The case of Colombo, Sri Lanka

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  • sion. Monsoon rain, which is the dominant type, occursin two monsoon periods per year. These two seasonshave been identified as the south-west and north-eastmonsoons. Convection rain and depression rain occurmainly during the inter-monsoon periods. The annualaverage rainfall varies between 1,000 ml in the arid partsof the north-west and south-east of the island to over5,000 ml on the south-western hill slopes. Relativehumidity varies generally from about 70 per cent duringthe day to about 90 95 per cent during the night. In theDry Zone these values are about 5 per cent lower.

    2. DemographicsSri Lanka's first population census was taken in the

    year 1871, and was repeated every 10 years thereafter.According to the first census, the total population of thecountry was recorded as 2,400,400 people(Department of Census and Statistics, 1871). 100years after the first census, in 1971 the country's popu-lation had increased to 12,698,900 people (Departmentof Census and Statistics, 1971). The subsequent pop-ulation censuses were taken in 1981 and 2001 (no cen-sus was taken in 1991 due to civil disturbances in north-ern and eastern parts of the country). The total popula-

    I. INTRODUCTION

    A. NATIONAL OVERVIEW

    1. Location and ClimateSri Lanka is an island situated in the tropics, between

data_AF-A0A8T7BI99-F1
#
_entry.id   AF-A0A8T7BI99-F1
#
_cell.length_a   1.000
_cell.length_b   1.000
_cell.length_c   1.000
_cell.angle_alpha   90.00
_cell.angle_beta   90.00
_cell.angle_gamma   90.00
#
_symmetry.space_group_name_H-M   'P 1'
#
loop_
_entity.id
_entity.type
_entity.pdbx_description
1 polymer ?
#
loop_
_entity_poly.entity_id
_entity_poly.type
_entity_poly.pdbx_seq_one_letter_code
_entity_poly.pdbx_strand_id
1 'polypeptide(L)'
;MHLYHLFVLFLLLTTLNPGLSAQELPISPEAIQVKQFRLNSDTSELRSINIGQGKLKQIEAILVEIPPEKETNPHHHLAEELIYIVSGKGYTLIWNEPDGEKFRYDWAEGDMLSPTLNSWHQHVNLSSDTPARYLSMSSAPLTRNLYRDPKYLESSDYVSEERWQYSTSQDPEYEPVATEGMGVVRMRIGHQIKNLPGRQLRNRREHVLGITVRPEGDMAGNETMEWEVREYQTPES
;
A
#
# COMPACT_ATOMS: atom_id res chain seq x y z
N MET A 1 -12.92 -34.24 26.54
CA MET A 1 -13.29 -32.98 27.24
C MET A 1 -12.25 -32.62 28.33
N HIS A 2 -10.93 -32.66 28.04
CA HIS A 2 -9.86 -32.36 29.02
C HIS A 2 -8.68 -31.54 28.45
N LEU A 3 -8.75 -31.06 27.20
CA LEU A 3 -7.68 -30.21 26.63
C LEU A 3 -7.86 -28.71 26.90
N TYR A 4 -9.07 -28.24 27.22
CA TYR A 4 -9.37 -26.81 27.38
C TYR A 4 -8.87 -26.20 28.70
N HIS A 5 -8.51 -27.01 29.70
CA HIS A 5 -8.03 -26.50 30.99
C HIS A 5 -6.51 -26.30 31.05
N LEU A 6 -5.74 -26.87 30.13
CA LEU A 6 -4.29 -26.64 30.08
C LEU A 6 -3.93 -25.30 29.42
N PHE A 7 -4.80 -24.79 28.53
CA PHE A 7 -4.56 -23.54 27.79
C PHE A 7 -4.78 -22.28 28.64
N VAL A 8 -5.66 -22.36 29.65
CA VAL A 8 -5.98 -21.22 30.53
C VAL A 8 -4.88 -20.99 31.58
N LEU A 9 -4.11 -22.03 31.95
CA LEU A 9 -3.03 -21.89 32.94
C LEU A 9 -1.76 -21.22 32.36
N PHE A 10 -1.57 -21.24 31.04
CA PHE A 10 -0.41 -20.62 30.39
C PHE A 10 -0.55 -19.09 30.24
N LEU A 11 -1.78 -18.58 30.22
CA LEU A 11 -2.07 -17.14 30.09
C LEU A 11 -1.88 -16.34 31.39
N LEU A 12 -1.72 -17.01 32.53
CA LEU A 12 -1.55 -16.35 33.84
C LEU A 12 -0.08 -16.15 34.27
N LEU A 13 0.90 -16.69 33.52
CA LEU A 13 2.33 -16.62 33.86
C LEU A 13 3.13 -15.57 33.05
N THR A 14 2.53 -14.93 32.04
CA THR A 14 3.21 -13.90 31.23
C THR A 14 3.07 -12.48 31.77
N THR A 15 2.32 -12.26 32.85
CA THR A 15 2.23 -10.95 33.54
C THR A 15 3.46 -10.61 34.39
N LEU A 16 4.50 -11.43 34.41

the latitudes of 6 and 10 degrees north just at the south-ern tip of India. It covers an area of 64,454 km2 includ-ing the large inland water bodies, which constitute about1,156 km2 The island is pear-shaped, the maximumnorth-south distance being 435 km and the greatesteast-west width being 225 km. The mountainous area inthe south-central region, which rises to 2500 metres issurrounded on all sides by coastal plains, narrow in thewest, east and south, but broadening to an extensivearea in the north. The coastline of the country is about1,600 km long (Mendis, 1998).

    Climatically, Sri Lanka falls into two distinct regions The Wet Zone and the Dry Zone. The Wet Zone corre-sponds mainly to the south-western quadrant of thecountry, which covers about 30 per cent of the land areawhile the remaining 70 per cent of the land area formsthe Dry Zone.

    A distinct variation in temperature can be observedbetween the Central Hill Country and Low Country withminimum and maximum average temperatures of 17.6Cand 25.8C in the Hill Country and 24.3C and 31.5C inthe Low Country respectively.